Wednesday, September 29, 2010

Venice at Night: The Return




The Gamard Family a Table (excuse the lack of accent)
This past June, I revisited Venice after a six year absence, practically a different person with a different sort of life, so is it any wonder my impressions have changed about this unique place? (If you wish to read what I had written in 2004 about my first trip, please click here.)

But, one thing that has not changed, in fact it has only been more heightened with my last visit, is my love of Venice at night. What a difference from the daytime, more public Venice! Her private face is much more beautiful, enigmatic, and mysterious. My first picture shows my family (minus my husband who is taking the photo and most of my father-in-law) sitting down to an amazing dinner in Murano, one of the Venetian islands. We enjoyed a feast practically straight out of the sea (what else would you even think of eating in Venice!) and shared a bottle of the well-known Venetian Prosecco. It was an incredible meal-one of those meals that will stay in my mind forever.

Evening is falling, and the heat is beginning to dissipate as we share conversation and laughs looking out over the tiny town. As always in our family, as well as in Italy and France, the children share in the conviviality, and it is an injustice to exclude them from sharing meals and social life. As some of you may already know, my husband is French and most of his family still live in France. Stephan and I make it a definite point to embrace French culture, especially the sanctity of the meal and of food itself that is seen throughout France. We would never exclude our son Tristan, or any children, and we always understand that people of every age should feel free to socialize together. We are never too young or too old for great conversation, or great food!
After our meal, we stroll through the town, three generations high on life, and two high on prosecco, while each of us nurses our aches and pains of various levels from a day full of sightseeing through the Venetian islands. In this photo, as we are waiting for the boat to take us back to our bed for the night, no one thinks about the time spent waiting. Stephan is a true raconteur, so they are all immersed in the story he is telling. I decide to sneak away to start taking some photos because, as night falls, I start to feel the magic appearing like a nocturnal animal cautiously exiting its daytime hiding place.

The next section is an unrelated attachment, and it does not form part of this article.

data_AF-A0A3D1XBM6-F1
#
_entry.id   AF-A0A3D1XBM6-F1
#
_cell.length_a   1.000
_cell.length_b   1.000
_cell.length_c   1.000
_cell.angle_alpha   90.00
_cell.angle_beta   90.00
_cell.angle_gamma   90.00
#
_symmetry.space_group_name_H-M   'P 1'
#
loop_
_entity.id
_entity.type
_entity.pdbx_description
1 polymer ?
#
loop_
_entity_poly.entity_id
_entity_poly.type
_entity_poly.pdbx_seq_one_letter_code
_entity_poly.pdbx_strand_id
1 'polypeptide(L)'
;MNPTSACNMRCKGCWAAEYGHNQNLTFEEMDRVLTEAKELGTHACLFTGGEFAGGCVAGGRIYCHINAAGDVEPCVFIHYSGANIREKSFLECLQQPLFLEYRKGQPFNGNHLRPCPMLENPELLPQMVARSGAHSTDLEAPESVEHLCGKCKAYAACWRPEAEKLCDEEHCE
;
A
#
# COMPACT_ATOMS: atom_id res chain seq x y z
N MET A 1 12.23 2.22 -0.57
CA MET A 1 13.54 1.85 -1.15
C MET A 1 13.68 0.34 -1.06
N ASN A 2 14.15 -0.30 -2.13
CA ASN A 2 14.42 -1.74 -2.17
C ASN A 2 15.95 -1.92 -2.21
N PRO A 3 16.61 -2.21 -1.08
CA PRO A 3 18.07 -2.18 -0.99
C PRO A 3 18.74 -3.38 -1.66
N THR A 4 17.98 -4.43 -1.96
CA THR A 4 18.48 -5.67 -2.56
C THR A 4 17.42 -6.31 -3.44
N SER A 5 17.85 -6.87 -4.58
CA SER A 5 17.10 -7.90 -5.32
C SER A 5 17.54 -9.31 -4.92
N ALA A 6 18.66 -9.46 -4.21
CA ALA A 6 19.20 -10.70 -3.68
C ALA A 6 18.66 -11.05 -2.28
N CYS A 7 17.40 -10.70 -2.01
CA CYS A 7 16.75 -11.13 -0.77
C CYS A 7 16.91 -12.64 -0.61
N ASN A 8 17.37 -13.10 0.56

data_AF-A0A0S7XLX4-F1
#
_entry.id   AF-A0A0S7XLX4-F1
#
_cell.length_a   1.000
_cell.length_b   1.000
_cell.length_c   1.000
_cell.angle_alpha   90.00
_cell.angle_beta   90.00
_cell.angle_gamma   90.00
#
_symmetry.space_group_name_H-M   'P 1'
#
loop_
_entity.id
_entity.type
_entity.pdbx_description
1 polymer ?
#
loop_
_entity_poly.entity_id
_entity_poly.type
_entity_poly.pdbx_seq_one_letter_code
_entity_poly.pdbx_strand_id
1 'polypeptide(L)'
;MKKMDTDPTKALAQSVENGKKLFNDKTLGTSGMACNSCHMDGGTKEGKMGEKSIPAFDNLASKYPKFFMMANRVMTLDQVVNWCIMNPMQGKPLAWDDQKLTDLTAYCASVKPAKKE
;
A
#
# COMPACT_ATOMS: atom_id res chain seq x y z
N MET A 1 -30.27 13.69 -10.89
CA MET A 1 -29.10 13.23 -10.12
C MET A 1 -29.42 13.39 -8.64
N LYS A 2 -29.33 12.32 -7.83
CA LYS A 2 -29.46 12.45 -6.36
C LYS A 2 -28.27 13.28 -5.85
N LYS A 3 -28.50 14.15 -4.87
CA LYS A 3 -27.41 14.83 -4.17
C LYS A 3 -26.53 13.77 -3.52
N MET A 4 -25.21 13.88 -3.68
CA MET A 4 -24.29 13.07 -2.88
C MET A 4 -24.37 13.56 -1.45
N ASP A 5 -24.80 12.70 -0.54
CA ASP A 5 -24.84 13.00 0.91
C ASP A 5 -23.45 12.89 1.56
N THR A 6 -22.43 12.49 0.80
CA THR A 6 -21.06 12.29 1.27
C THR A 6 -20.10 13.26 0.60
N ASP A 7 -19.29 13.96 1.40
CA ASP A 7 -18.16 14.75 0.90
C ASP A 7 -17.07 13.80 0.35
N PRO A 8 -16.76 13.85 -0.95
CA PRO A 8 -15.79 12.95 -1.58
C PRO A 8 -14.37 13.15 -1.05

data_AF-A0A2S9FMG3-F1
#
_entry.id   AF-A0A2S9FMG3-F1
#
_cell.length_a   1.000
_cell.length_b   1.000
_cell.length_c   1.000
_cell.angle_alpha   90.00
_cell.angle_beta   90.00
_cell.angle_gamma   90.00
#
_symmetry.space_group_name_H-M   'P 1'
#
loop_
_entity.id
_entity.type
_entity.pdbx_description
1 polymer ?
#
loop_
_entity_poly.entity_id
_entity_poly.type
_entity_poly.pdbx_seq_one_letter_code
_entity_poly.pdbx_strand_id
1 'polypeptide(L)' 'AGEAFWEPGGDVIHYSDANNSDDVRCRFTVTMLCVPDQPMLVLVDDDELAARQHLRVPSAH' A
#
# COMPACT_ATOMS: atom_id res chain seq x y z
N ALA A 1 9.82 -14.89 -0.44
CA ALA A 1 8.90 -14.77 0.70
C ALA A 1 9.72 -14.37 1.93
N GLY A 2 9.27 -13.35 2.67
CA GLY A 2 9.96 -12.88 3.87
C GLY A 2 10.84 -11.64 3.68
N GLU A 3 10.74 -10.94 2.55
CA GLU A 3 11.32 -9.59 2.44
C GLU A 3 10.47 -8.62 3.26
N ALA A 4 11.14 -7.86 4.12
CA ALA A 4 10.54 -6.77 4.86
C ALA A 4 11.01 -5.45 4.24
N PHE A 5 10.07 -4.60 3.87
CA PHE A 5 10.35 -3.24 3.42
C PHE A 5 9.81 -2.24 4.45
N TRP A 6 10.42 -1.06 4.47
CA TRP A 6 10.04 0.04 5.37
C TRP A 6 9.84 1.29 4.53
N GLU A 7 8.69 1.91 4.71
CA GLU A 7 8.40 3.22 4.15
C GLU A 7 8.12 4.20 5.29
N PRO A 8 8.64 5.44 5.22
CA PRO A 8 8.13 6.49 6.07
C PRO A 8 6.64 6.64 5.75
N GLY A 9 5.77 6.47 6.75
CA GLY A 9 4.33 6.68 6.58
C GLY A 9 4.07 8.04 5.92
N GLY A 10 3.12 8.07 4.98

After the vaporetto arrives, and we rush to the rear of the boat to get a view of the island and still be out in the night air, I notice the effect the boat's churnings have on the water in the lagoon. I spend a good 10-15 minutes snapping photos with my very basic point and shoot (without a tripod) hoping to capture this effect and the feeling of being there. In my next post, I will include a few of these photos.

After night had fallen and it was impossible to get any more photos, we started to see the moon emerge. Not just an ordinary moon, though. The moon was very full and very red! We were amazed that we could be at such a right place and time as to observe this effect. Stephan kept saying, "La Luna Rossa, I've heard that someplace before. I'm not sure where, but it is familiar somehow..." Well, I've done a little research and the only thing I have come up with is that it has something to do with the heat in the atmosphere that creates this red moon. Regardless, those were some beautiful moments. I'm so glad we had a chance to share them on this night in June. It amazes me when I realize how incredible it is to arrive at certain places, especially those far-off places, and we are there, living and breathing, as if we were home. To me, this night felt like home.




3 comments:

Stephan said...

Luna rossa is the Italian sailing club in the America's Cup challenge, reaching the finals in 2007. That is why it was so familiar to me!

TheWingchairTraveller said...

Probably should have asked you about it! :) Sorry folks, but it makes for a better story as is!

TheWingchairTraveller said...

Actually, now that I think about it Stephan, your explanation is a perfect addition to the story! (Stephan is an avid, though sometimes obsessive, sailor)